I want to talk to you about a few features of needle nose pliers and this style that I picked up is channel lock extreme leverage and what makes it unique – the pivot point is closer to the blade itself and so it allows you to get better leverage and it cuts through material easy. Needle nose pliers are excellent for all types of wiring projects, the blades will cut through wire very easily.
If you are doing individual wire, if you are using cable, it also cuts through cable very easily and it has a knife and anvil style cutting surface, so actually it makes it very easy to cut through insulation because one side is flat, so your blade always lines up. The needle nose pliers are excellent for bending your wire, so when you’re wrapping around screw terminals. So good for those types of projects.
Also, if you’ve got anywhere where you are trying to hold objects, like a screw, deep into a box for a screwdriver, this allows you get better leverage, it hold it in place for you, so it does a nice job with that. What I like about this style of needle nose pliers is it has this arched area to grab nuts, so it can hold it for you, makes it very convenient. And I will show you a couple more uses for needle nose pliers.
One area I always use needle nose pliers for projects is if we are redoing the bathtub shoe and removing this flange. I just dropped it into this cross area and either using large adjustable pliers or a pipe wrench, I will unscrew this with needle nose pliers. There is a specific tool that you can use for that, but most homeowners don’t have it and needle nose pliers are just an easy way to remove that flange for the tub shoe.
Another project that I use the needle nose pliers is when I am replacing the sink basket on a kitchen sink. It’s really a two men job, where someone on top is holding the top of the sink basket in place, while you are tightening this from below. So just by holding this like this or you can also use adjustable pliers or a pipe wrench to hold it in place while you are tighten it up. So just simple and effective, an excellent tool that every homeowner should have in a tool box.
Today we’re gonna show you how to change and replace your drain pump on your dishwasher. You’re going to need a quarter-inch and a 5/16″ nut driver and a pair of slip joint pliers. We’re going through these steps here because I recently had to do this over the phone with a friend who had a broken dishwasher in Austin (I had had the exact same issue and contacted www.austinappliancemasters.com and got it sorted out). Since it was going to be a while before I was out to visit, we did a phone/skype repair session together. I think we were both pretty impressed we got it done.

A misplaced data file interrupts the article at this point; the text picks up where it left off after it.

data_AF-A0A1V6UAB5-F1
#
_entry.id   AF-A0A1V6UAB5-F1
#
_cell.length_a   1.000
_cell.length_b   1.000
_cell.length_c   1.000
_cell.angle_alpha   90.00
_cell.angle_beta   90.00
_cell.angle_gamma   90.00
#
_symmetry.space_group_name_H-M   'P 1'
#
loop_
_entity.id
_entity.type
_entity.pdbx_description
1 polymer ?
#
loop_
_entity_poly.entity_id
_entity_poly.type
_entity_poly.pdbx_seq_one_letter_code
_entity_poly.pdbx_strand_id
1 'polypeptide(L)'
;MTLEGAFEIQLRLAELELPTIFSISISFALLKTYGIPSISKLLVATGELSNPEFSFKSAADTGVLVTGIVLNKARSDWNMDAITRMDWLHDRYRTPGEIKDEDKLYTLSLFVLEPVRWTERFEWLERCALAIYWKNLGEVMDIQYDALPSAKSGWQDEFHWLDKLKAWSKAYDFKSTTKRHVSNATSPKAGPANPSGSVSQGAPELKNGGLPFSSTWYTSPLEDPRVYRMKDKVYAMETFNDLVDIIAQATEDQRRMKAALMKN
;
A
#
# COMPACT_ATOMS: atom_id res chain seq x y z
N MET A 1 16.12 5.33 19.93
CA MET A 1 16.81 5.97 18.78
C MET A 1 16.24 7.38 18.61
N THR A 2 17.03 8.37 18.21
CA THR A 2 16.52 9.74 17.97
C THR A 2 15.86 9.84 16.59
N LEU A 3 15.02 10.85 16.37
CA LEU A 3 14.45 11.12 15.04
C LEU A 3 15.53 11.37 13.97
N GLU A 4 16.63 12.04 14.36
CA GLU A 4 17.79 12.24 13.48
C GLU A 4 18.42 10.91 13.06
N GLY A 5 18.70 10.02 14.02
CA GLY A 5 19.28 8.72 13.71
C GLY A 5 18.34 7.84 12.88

The best way to do this repair is with the dishwasher pulled out of the cabinet. We will need to unattach the mounting tabs at the top the dishwasher that pass into the bottom of your countertop. You also need to remove the lower access panel gain access to your electrical connection and to your inlet water connection – you need to make sure that that is turned off.
To get started, just remove the two quarter-inch hex head screws that hold that access panel in place. Just tilt it forward and let it rotate in place. You now have access to the electrical inlet connection, your drain hose your inlet water hose… just disconnect what you need to then just pull the dishwaser out of the counter cabinet.
Now that we’ve disconnected utilities to the dishwasher and pulled it from the cabinet, the easiest way to do the repairs is to lay it on its back. That gives access to the component on the bottom.
To change the drain pump, you’ll need to remove the 2 electrical connections from the front of the pump. Just pull those off. The pump is held in place with a little mounting bracket on the side of it. We also need to disconnect the outlet drain hose and the inlet from the pump.
We’ll start with the outlet drain hose, and there is probably going to be some water in that drain hose, so you need something to catch the excess water. You’ll need to loosen that 5/16ths screw on the clamp, slide the clamp down over the hose and wiggle the hose off the pump, and just set that aside.
Next with slip strip joint pliers we’ll depress the clamp to the dishwasher pump and slide that clamp upwards. And now pull that hose right off.